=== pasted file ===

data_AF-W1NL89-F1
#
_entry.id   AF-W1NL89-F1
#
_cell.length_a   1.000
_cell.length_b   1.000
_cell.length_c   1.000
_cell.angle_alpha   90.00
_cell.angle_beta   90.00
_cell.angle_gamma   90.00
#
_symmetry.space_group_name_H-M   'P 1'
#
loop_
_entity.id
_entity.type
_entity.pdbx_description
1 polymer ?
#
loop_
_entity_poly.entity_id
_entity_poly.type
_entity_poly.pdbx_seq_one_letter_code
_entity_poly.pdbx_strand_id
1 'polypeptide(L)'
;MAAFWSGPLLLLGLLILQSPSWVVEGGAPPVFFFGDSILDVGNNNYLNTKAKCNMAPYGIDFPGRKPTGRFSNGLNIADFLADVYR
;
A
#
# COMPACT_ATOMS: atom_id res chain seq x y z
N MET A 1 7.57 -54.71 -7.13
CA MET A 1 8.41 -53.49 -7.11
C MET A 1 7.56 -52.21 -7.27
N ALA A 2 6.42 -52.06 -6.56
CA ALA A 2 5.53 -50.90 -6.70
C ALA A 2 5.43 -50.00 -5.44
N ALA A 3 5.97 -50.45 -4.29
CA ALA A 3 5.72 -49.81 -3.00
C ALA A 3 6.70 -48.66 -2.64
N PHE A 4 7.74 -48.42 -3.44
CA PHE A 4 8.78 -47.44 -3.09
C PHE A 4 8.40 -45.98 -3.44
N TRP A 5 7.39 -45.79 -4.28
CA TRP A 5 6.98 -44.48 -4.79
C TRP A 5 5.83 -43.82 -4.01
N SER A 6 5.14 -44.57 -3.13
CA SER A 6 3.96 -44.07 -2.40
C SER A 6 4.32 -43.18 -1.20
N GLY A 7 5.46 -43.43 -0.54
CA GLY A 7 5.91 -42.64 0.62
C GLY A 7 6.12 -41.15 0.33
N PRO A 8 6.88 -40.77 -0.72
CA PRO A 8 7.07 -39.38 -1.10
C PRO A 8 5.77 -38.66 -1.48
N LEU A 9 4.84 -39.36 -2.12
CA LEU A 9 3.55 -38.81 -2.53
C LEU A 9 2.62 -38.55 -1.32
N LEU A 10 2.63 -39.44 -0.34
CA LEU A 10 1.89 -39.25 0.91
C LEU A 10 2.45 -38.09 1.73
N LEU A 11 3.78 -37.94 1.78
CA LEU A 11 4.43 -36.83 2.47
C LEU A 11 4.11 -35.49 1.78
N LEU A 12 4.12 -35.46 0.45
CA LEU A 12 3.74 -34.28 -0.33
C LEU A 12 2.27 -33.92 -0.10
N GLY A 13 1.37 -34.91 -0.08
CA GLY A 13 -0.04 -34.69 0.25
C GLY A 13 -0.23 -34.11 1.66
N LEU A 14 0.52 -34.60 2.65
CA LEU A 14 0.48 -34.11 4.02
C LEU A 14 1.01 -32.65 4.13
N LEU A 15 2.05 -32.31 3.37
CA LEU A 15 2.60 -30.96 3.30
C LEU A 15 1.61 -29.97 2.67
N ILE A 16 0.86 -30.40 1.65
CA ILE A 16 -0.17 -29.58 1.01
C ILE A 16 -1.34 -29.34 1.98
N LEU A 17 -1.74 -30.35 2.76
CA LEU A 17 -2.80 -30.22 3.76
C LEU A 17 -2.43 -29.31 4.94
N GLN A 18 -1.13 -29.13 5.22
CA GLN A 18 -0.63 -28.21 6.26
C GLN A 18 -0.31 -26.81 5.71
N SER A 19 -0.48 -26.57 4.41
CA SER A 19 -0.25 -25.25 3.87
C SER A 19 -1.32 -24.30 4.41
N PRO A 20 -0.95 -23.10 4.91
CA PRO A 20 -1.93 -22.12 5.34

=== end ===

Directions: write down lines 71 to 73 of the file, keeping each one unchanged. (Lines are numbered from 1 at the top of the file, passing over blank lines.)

CA LEU A 14 0.48 -34.11 4.02
C LEU A 14 1.01 -32.65 4.13
N LEU A 15 2.05 -32.31 3.37